Research Publication

Feeling for food: can rostro-mental hair arrays sense hydrodynamic cues for foraging North Atlantic right whales?

By Christin T. Murphy, Marilyn Marx, William N. Martin, Houshuo Jiang, Joy M. Lapseritis, Alison N. French, Nancy B. Simmons, Michael J. Moore

Originally published in The Anatomical Record in February 2022



North Atlantic right whales (NARWs; Eubalaena glacialis) possess an arrangement of fine hairs on the rostrum and chin that may be used for hydrodynamic sensing during feeding. These hairs occur across mysticete species and are known to possess adequate innervation in the subdermal follicle to support their consideration as sensory hairs (vibrissae). However, the small size of the hair structure with respect to the enormous scale of the animal’s body has caused doubts regarding their utility and prompted speculation that the hairs maybe vestigial or minimally functional. Here we show that NARW hairs occur in abundance on the leading surface of the head in a unique and characteristic arrangement. We consider the sensory hairs in context of the fluid environment in which this species forages and argue that the size of the hair is scaled to the size of the animal’s small planktonic prey, thus suggesting that the hairs play an important role in the sensory ecology of these animals.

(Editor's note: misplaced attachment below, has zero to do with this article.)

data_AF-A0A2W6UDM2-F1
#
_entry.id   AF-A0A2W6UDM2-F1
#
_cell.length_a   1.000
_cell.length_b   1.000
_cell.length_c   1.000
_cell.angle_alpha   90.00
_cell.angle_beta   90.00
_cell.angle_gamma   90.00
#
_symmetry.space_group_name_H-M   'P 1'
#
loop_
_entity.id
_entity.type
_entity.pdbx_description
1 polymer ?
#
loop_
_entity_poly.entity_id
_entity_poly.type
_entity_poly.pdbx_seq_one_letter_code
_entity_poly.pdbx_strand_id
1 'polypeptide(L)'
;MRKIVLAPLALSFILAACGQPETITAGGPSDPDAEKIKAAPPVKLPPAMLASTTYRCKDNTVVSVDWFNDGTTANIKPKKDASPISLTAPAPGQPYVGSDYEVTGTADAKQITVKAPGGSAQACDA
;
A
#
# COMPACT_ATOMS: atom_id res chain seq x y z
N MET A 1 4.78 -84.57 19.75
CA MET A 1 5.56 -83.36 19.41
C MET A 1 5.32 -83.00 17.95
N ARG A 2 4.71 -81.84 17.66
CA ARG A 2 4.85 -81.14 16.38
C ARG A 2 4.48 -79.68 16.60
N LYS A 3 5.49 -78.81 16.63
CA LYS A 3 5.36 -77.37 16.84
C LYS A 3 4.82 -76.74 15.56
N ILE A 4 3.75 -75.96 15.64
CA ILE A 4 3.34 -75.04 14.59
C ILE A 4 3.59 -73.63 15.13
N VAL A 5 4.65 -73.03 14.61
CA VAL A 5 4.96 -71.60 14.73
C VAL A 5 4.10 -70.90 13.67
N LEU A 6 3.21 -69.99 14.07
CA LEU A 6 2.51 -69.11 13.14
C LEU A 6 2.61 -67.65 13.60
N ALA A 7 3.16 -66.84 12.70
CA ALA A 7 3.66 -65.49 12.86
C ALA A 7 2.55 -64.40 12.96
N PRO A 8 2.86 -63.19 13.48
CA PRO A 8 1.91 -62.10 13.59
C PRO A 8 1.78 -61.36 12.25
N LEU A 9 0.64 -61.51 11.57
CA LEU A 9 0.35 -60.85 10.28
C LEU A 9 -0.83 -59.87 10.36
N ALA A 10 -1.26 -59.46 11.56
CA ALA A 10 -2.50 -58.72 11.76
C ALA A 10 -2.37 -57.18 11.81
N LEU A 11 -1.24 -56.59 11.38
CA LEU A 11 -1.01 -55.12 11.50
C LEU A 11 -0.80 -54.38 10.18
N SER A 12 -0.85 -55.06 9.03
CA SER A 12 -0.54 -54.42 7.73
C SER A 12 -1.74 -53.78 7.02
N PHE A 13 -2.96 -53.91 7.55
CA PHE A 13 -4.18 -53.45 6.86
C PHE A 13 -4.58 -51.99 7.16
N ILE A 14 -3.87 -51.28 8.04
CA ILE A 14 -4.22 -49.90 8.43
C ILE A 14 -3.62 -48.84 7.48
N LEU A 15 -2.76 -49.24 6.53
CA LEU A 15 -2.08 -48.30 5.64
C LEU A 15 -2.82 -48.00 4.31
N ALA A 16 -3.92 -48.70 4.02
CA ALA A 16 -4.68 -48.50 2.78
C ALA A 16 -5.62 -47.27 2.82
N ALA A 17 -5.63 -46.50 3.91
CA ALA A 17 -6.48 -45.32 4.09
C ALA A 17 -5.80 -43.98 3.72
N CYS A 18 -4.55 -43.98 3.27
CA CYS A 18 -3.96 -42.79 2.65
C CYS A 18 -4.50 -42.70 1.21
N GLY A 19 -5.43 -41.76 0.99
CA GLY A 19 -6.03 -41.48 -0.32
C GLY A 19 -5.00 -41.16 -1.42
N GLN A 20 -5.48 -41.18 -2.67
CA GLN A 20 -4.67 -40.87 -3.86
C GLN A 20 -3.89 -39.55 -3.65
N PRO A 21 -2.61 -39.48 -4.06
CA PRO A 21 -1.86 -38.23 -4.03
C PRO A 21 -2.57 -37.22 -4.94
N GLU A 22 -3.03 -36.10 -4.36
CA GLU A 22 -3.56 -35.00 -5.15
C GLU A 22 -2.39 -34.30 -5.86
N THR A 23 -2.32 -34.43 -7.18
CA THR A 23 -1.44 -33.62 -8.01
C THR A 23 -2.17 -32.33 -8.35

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Affiliated Authors
  • Marilyn Marx

    Marilyn Marx, Associate Research Scientist, Kraus Marine Mammal Conservation Program, Anderson Cabot Center for Ocean Life

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